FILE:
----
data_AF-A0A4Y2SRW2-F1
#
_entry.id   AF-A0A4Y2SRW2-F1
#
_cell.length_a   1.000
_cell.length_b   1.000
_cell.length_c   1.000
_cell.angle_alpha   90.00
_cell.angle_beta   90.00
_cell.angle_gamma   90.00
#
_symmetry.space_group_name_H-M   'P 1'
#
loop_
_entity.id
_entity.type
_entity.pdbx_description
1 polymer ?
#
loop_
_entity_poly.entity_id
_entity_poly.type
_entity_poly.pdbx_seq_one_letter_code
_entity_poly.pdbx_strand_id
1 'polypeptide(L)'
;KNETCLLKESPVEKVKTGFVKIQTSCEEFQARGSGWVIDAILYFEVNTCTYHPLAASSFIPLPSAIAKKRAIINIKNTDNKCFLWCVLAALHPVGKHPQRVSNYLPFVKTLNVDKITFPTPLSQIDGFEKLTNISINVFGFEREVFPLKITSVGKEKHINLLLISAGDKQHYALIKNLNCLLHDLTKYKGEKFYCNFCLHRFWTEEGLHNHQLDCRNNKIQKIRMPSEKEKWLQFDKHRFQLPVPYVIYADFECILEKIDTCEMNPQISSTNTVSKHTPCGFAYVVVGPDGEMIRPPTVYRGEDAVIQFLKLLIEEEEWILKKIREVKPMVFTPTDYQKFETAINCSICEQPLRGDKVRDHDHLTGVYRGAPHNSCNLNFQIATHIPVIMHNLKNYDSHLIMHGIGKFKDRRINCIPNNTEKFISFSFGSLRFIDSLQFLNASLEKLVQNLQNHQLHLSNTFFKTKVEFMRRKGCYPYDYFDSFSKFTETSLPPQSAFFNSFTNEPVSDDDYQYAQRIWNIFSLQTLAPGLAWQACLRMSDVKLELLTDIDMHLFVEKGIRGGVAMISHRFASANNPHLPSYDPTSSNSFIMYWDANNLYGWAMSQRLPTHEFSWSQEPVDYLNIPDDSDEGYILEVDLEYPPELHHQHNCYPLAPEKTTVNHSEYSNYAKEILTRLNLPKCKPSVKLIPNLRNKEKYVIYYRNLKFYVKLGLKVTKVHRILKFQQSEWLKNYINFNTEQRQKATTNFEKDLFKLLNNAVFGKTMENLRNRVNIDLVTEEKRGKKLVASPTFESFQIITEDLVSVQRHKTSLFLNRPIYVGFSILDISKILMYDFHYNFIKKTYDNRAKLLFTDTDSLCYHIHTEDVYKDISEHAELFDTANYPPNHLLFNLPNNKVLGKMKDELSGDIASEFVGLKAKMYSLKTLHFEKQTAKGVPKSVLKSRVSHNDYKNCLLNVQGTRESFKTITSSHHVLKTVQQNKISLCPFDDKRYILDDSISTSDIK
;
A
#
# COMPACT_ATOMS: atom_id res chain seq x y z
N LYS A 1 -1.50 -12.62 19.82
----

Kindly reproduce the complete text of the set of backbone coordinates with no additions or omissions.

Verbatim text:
data_AF-A0A4Y2SRW2-F1
#
_entry.id   AF-A0A4Y2SRW2-F1
#
_cell.length_a   1.000
_cell.length_b   1.000
_cell.length_c   1.000
_cell.angle_alpha   90.00
_cell.angle_beta   90.00
_cell.angle_gamma   90.00
#
_symmetry.space_group_name_H-M   'P 1'
#
loop_
_entity.id
_entity.type
_entity.pdbx_description
1 polymer ?
#
loop_
_entity_poly.entity_id
_entity_poly.type
_entity_poly.pdbx_seq_one_letter_code
_entity_poly.pdbx_strand_id
1 'polypeptide(L)'
;KNETCLLKESPVEKVKTGFVKIQTSCEEFQARGSGWVIDAILYFEVNTCTYHPLAASSFIPLPSAIAKKRAIINIKNTDNKCFLWCVLAALHPVGKHPQRVSNYLPFVKTLNVDKITFPTPLSQIDGFEKLTNISINVFGFEREVFPLKITSVGKEKHINLLLISAGDKQHYALIKNLNCLLHDLTKYKGEKFYCNFCLHRFWTEEGLHNHQLDCRNNKIQKIRMPSEKEKWLQFDKHRFQLPVPYVIYADFECILEKIDTCEMNPQISSTNTVSKHTPCGFAYVVVGPDGEMIRPPTVYRGEDAVIQFLKLLIEEEEWILKKIREVKPMVFTPTDYQKFETAINCSICEQPLRGDKVRDHDHLTGVYRGAPHNSCNLNFQIATHIPVIMHNLKNYDSHLIMHGIGKFKDRRINCIPNNTEKFISFSFGSLRFIDSLQFLNASLEKLVQNLQNHQLHLSNTFFKTKVEFMRRKGCYPYDYFDSFSKFTETSLPPQSAFFNSFTNEPVSDDDYQYAQRIWNIFSLQTLAPGLAWQACLRMSDVKLELLTDIDMHLFVEKGIRGGVAMISHRFASANNPHLPSYDPTSSNSFIMYWDANNLYGWAMSQRLPTHEFSWSQEPVDYLNIPDDSDEGYILEVDLEYPPELHHQHNCYPLAPEKTTVNHSEYSNYAKEILTRLNLPKCKPSVKLIPNLRNKEKYVIYYRNLKFYVKLGLKVTKVHRILKFQQSEWLKNYINFNTEQRQKATTNFEKDLFKLLNNAVFGKTMENLRNRVNIDLVTEEKRGKKLVASPTFESFQIITEDLVSVQRHKTSLFLNRPIYVGFSILDISKILMYDFHYNFIKKTYDNRAKLLFTDTDSLCYHIHTEDVYKDISEHAELFDTANYPPNHLLFNLPNNKVLGKMKDELSGDIASEFVGLKAKMYSLKTLHFEKQTAKGVPKSVLKSRVSHNDYKNCLLNVQGTRESFKTITSSHHVLKTVQQNKISLCPFDDKRYILDDSISTSDIK
;
A
#
# COMPACT_ATOMS: atom_id res chain seq x y z
N LYS A 1 -1.50 -12.62 19.82